Hypocrisy towards terrorism unacceptable: India at UN
Describing terrorism as an “existential threat”, India has said that “hypocrisy” towards the menace is unacceptable and underlined that terrorism is the “principle cause” of the large-scale refugee movement.india Updated: Sep 20, 2016 12:44 IST
Describing terrorism as an “existential threat”, India has said that “hypocrisy” towards the menace is unacceptable and underlined that terrorism is the “principle cause” of the large-scale refugee movement.
“It is important to stress that today the geo-politics of the crisis points and proves that terrorism is the principle cause of refugee movements. Can we ignore this fact, we cannot. We do so at our peril,” minister of state for external affairs MJ Akbar said in his address to the UN General Assembly’s first-ever summit for refugees and migrants on Monday.
Akbar underscored that for the millions of people fleeing conflict, war and poverty, terrorism is not characterised as good or bad.
“There is no good terrorism or bad terrorism and if you do not know the answer to this question, all you have to do is ask the refugee if he considers any terrorism to be good or bad,” Akbar said.
Stressing that terrorism is the “biggest danger” to human rights, Akbar said large movements of people across borders serve as a reminder that the world has become a global village.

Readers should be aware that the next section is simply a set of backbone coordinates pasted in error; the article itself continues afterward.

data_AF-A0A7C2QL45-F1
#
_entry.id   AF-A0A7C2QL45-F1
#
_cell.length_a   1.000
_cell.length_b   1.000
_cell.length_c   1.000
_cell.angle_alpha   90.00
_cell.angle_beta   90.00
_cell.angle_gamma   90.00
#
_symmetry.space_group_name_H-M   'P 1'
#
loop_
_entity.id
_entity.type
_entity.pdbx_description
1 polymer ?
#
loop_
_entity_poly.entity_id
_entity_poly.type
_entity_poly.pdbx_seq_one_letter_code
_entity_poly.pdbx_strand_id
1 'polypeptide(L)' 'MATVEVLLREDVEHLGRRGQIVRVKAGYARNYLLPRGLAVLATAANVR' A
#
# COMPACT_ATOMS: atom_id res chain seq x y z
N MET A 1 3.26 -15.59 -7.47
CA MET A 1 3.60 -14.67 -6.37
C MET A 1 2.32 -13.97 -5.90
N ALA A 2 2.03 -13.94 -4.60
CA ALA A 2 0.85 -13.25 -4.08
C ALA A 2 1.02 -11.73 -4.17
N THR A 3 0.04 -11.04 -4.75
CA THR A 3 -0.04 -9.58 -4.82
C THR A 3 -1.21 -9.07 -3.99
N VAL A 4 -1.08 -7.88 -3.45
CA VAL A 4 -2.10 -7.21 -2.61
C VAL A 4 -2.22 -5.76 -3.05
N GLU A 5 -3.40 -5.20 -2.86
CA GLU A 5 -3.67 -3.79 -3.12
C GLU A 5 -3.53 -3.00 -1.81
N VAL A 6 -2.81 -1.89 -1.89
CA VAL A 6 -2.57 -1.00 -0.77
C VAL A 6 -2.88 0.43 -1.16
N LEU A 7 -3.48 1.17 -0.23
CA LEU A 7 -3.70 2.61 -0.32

“We can only prosper or perish together, it is best that we learn to live in peace, prosperity and amity,” he said.
Underlining that “prevention is better than cure”, Akbar said the international community has to address issues like terrorism, prevent armed conflict and facilitate development, which will help ensure people are not forced to flee their homeland.
“We have to find out what drives them towards seeking refuge. Prevention is better than cure. Perhaps prevention is the only cure,” he said adding that preventing armed conflict, countering terrorism, building and sustaining peace to facilitating sustainable development and governance will prevent people from being forced to leave their homeland.
Terming the present refugee crisis as “unprecedented,” Akbar said the number of people on the move globally is estimated at close to 250 million or one in every 30 persons and three-fourths of all refugees come from just 11 countries.